April Fishing on the Gallatin River

April weather, stream flows, and summary

The Gallatin River has several personalities. It begins as a high mountain meadow stream in Yellowstone National Park, changes to a pocket-water canyon river near Big Sky, and then finishes as a riffle-pool-run valley freestone river outside of Bozeman. In April, the fishing is as varied as the 90+ plus miles of river. Because the Gallatin River drains the northwest corner of Yellowstone National Park, then flows near Big Sky and the Gallatin Canyon before it enters Gallatin Valley, April fly fishing can mean winter-like conditions in one section and spring-like conditions in another. 

Weather throughout April on the Gallatin River can be a variety of snow showers, sunshine, and rain showers—and all can occur on the same day. The river near Big Sky may feel more like winter until the middle of the month, while the river in Gallatin Valley may feature hints of spring—buds on the cottonwoods, a sporadic hatch of skwala stoneflies, and some early Mother’s Day caddis. Armed with quality gear to protect from the weather, anglers fishing the Gallatin River in April could experience some of the best fishing of the year. 

April on the Gallatin River is one of the wetter months of the year, with an average of 7 days of measure-able rain or snow. The average daily high temperature is 56 degrees F, but this varies from the beginning of the month to the end of the month, as the end of April can see an average daily high temperature in the high 60 degrees F.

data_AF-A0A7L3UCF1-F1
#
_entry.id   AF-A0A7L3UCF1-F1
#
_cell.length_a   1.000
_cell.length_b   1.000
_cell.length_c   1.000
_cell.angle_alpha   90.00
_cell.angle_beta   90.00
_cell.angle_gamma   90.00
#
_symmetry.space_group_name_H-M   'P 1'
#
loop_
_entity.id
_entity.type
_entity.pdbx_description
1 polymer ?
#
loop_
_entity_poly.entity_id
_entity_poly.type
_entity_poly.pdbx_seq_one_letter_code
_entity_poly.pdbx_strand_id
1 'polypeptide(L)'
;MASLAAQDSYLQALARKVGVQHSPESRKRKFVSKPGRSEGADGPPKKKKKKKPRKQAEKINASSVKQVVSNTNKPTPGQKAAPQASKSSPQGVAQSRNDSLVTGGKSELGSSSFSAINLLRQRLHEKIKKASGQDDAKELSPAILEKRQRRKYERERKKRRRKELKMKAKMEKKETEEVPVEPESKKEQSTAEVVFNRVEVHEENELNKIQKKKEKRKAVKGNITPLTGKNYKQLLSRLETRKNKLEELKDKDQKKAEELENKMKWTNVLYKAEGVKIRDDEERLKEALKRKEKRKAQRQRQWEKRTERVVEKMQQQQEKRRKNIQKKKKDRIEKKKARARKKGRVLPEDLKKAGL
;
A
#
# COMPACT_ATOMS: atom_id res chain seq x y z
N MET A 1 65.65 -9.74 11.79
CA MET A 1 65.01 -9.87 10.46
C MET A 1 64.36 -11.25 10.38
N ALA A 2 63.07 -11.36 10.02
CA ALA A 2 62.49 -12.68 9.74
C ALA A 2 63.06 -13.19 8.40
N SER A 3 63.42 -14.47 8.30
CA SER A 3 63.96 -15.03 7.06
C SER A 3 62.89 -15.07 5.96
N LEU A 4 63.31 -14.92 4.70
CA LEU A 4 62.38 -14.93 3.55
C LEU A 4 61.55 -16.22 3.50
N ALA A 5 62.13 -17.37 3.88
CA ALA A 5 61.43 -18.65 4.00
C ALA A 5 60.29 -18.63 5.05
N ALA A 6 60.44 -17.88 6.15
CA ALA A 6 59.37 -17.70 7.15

Early to mid-April is the most consistent fishing window of the month because flows remain stable and clear. As the days of the month tick away, warmer weather means warmer water temperatures which means more actively feeding fish. However, warmer air temperatures can also mean spring snowmelt runoff can commence causing a muddy river.  

The ideal scenarios to maintain consistently good fishing on the Gallatin River in the second half of April are daytime highs not above seventy degrees and nighttime lows not above freezing. If this weather pattern holds for several days, anglers can experience some exceptional fishing opportunities, including the start of the well-known Mother’s Day caddis hatch. 

April fishing: what to expect

April on the Gallatin River is best fished with two-fly nymph rigs. Because nymphs are active year-round on the Gallatin River, and in April water temperatures are typically on the rise more than on the drop, nymphs become that much more active. Choose beadhead or weighted nymphs that imitate mayflies, caddis, or stoneflies. Anglers desiring to fish streamers on the Gallatin River in April will find some opportunity, but the Gallatin River in April is best fished with subsurface nymphs. A slowly stripped or lightly drug streamer may entice some fish in slower, deeper water. 

If hatches of Blue Winged Olives (BWOs), March Browns, or caddis are to occur, they will emerge around mid-day. BWOs will hatch on a cloudy, overcast or rainy day. March Browns, sporadic at best, may hatch midday as well.